Results from the Techaisle SMB 2015 Virtualization surveys in the US, EMEA, Asia/Pacific and Latin America indicates that client virtualization has not been as widely adopted by SMBs as server virtualization. VDI is quite a lot less common than server virtualization, and DaaS adoption is still in its early stages. Techaisle believes that most midmarket firms that have invested in VDI and especially DaaS are still experimenting with the technology, and that most small businesses are still several years away from even this level of preliminary adoption.

Techaisle is able to draw on its multiple large-scale global SMB surveys to illustrate changes in SMB VDI/DaaS adoption drivers, and is able to add context from its SMB channel research to illustrate similarities and differences in perspective between SMB buyers and their primary IT advisor/supplier community.

Comparing 2015 and 2013 reasons for using VDI/DaaS
The key theme in the 2015 responses is “control”: SMBs are looking for more effective backup and disaster recovery, for more security, for means of assuring regulatory compliance, and for a platform that supports scalability and flexibility. With the exception of “reduce operating cost,” 2015 respondents are not particularly focused on cost issues, or on support for mobile apps.

The 2013 findings reflected a different set of SMB user needs. Two years ago, apps were paramount, with providing “access to applications from anywhere on any device”, “improving the availability of applications” and “deliver services on demand” the first, second and fourth highest-ranked responses. In 2015 these factors rank seventh, ninth and tenth on the list.

It seems clear that while an earlier generation of SMB VDI/DaaS adopters was looking for a means of delivering apps to users, today’s SMBs are looking to VDI/DaaS as a means of increasing control over mobile assets. This may be in part a reaction to generally-greater access to capable mobile apps, but it may – and in Techaisle’s opinion, does – reflect much greater awareness and concern over corporate data security concerns arising from widespread use of mobility.

SMB and Channel Disconnects
If we compare 2015 SMB buy-side and SMB channel responses, we see that the channel has not moved from “app” to “control” as fully as the SMB user community. SMB buyers prize control options – backup and DR, security, and compliance – and also acknowledge the importance of OPEX reductions and scalability. The channel believes that SMB clients primarily value scalability and flexibility, and also understand the need for control over regulatory and backup/DR, but are still focused on app delivery issues – “deliver services on demand” and “anywhere/any device app access” – that have fallen in the buy-side priority queue.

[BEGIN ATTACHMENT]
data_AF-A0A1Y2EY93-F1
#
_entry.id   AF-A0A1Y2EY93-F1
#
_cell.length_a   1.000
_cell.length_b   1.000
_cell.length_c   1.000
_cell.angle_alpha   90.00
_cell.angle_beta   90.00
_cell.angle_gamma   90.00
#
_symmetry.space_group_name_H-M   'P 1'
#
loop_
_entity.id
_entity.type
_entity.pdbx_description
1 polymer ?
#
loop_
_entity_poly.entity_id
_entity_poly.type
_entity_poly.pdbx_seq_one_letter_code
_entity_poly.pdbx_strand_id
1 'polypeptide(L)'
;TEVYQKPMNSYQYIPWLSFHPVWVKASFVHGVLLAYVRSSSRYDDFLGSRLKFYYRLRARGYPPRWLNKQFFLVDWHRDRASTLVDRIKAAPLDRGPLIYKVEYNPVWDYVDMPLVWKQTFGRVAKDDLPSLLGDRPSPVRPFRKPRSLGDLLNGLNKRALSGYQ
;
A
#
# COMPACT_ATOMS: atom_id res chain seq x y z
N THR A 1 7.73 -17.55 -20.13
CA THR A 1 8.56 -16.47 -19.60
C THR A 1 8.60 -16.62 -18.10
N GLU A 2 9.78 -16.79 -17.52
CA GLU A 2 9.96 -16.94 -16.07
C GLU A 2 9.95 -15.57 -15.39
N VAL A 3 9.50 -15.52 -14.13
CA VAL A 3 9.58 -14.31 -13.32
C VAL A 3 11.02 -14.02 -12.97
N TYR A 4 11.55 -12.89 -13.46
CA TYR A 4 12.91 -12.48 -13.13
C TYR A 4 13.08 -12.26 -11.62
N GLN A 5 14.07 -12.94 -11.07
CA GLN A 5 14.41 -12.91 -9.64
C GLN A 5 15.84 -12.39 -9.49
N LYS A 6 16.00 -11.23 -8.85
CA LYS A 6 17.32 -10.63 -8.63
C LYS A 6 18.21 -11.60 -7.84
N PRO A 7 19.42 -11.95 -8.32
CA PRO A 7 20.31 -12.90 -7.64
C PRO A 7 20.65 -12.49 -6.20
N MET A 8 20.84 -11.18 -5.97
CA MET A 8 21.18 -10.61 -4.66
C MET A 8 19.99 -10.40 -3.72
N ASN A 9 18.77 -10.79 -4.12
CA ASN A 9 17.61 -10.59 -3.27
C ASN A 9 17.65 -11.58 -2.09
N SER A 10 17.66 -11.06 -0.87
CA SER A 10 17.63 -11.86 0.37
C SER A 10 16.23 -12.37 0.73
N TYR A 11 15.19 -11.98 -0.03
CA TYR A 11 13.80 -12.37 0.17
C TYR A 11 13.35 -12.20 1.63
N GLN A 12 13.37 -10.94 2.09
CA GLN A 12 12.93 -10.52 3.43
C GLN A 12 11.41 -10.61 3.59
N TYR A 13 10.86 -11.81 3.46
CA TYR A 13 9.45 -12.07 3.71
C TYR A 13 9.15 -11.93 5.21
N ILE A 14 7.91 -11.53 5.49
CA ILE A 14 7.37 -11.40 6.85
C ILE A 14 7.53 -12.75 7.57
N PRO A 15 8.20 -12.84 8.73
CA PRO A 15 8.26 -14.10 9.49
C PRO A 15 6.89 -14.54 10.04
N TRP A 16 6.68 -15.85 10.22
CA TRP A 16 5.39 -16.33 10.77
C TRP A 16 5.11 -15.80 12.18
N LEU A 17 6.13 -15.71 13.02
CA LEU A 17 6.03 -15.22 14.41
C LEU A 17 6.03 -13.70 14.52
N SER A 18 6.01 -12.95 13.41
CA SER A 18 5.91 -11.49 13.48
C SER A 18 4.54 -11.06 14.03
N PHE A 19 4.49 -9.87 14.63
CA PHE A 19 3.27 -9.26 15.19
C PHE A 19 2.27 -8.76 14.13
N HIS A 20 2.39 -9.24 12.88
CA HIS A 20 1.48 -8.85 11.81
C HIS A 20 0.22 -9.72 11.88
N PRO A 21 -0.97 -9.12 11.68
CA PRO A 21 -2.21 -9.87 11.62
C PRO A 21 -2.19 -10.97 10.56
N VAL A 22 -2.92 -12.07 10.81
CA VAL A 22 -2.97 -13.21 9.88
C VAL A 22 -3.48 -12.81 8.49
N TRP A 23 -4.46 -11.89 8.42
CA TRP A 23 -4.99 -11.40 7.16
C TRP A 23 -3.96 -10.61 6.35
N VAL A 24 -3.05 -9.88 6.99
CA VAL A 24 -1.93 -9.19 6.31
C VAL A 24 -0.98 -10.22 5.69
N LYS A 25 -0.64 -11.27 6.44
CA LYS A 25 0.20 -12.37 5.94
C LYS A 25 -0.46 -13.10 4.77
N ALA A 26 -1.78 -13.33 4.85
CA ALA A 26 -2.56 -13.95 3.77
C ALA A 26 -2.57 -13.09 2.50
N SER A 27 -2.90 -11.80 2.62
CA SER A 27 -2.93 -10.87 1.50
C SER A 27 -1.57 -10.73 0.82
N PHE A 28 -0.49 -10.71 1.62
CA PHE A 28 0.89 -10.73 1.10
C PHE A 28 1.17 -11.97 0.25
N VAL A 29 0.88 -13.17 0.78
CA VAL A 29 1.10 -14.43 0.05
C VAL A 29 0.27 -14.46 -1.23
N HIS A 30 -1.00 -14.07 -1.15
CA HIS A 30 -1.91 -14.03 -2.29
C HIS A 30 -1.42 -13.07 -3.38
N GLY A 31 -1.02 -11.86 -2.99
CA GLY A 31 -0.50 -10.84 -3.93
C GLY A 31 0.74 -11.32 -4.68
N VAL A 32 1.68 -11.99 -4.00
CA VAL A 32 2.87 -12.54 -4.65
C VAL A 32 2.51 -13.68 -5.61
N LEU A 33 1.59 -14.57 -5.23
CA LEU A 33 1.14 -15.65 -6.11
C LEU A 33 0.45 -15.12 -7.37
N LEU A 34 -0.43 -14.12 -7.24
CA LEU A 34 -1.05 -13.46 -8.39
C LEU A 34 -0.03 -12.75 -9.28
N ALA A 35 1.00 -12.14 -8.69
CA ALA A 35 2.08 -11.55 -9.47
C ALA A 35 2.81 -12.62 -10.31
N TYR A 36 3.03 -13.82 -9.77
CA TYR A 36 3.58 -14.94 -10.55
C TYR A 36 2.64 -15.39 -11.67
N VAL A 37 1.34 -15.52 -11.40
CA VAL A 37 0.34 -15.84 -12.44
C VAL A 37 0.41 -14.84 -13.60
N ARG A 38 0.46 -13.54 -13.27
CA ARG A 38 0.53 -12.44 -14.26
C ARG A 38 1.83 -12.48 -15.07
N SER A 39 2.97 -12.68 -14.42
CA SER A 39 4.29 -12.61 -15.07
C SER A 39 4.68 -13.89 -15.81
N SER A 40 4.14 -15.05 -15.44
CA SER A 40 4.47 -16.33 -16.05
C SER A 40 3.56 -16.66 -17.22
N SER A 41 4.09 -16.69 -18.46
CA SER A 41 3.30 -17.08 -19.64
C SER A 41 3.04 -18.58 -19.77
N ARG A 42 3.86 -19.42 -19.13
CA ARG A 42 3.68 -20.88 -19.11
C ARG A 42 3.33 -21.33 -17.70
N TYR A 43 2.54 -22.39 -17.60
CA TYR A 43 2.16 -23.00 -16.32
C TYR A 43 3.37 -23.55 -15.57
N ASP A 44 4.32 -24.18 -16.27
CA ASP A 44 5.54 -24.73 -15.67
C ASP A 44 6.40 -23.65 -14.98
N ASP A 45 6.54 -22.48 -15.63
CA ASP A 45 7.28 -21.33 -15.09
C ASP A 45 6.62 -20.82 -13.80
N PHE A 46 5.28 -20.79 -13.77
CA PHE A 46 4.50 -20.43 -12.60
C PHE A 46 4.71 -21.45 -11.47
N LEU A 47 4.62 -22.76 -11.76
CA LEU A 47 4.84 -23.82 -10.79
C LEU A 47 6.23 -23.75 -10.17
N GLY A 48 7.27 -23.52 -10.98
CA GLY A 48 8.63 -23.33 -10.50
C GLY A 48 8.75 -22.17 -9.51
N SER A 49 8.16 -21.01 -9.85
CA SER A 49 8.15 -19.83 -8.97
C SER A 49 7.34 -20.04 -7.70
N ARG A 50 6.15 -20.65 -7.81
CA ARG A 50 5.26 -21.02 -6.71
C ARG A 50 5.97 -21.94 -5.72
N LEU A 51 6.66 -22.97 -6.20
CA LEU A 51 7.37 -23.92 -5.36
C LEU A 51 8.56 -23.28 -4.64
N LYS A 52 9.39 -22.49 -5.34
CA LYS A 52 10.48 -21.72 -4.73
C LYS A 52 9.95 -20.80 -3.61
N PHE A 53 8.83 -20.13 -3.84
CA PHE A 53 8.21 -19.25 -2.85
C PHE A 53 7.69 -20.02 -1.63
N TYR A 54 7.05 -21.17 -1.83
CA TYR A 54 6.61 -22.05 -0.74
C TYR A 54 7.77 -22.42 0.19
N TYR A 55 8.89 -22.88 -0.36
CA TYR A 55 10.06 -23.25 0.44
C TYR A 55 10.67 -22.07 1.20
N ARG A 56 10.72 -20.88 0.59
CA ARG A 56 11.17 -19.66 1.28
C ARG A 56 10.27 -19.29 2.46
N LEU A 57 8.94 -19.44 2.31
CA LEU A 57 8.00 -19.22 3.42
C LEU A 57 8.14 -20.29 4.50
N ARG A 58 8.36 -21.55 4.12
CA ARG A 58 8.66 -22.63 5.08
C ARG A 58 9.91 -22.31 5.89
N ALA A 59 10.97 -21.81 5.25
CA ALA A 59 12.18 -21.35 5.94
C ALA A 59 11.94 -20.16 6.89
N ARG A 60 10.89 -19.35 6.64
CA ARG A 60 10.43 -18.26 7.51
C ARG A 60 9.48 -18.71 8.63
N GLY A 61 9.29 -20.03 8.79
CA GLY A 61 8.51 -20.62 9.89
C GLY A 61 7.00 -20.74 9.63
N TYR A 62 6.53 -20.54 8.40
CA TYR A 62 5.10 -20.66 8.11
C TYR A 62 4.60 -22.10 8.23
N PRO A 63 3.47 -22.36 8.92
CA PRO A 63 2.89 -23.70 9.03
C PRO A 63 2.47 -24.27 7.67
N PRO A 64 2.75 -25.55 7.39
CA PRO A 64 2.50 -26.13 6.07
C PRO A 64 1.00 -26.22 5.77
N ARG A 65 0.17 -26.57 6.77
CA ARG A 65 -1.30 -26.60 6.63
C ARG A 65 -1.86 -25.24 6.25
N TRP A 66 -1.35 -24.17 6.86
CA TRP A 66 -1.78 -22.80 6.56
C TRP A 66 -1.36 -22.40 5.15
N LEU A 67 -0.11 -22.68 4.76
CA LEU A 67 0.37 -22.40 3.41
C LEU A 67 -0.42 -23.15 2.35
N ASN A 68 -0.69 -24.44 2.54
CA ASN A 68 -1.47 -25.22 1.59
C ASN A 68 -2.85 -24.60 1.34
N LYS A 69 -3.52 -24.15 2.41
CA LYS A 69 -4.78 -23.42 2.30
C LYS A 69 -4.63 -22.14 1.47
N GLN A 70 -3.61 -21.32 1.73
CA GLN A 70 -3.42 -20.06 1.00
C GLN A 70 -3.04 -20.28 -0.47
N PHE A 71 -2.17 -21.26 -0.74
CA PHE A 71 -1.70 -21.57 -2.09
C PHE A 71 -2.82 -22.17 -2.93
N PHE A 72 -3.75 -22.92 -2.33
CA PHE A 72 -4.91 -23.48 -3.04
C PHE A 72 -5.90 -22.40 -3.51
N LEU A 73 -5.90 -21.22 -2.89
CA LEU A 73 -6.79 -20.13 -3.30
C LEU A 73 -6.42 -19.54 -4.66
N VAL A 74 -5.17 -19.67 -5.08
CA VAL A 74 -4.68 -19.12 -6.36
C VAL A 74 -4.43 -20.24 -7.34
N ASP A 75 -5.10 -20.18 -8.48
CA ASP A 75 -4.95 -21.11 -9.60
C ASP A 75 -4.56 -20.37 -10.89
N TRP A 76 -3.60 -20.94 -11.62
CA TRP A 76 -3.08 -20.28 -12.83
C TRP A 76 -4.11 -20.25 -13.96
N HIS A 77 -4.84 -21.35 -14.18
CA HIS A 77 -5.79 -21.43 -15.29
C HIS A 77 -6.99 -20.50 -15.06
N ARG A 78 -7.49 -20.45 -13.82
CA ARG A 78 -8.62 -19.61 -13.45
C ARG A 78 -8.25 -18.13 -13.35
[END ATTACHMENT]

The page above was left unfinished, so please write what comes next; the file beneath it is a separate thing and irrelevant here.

Targeting by IT Sophistication Segmentation
Techaisle’s IT sophistication-based segmentation finds that there are pockets within the global SMB market that are progressing faster than their employee size group peers. Advanced IT small businesses are five times as likely to be using VDI today as Pre-IT organizations. While DaaS is less well established, roughly a third of the small business Advanced IT group is using or planning to begin use of DaaS as well.

Within midmarket businesses VDI penetration does not vary much by sophistication segment, indicating that it has reached a relatively common level of use. DaaS, on the other hand, is still wending its way through midmarket users: 10% of Basic IT firms, 20% of Advanced IT firms and 31% of Enterprise IT firms have at least initial trials underway. DaaS messaging should therefore be targeted primarily at the more sophisticated SMB user communities.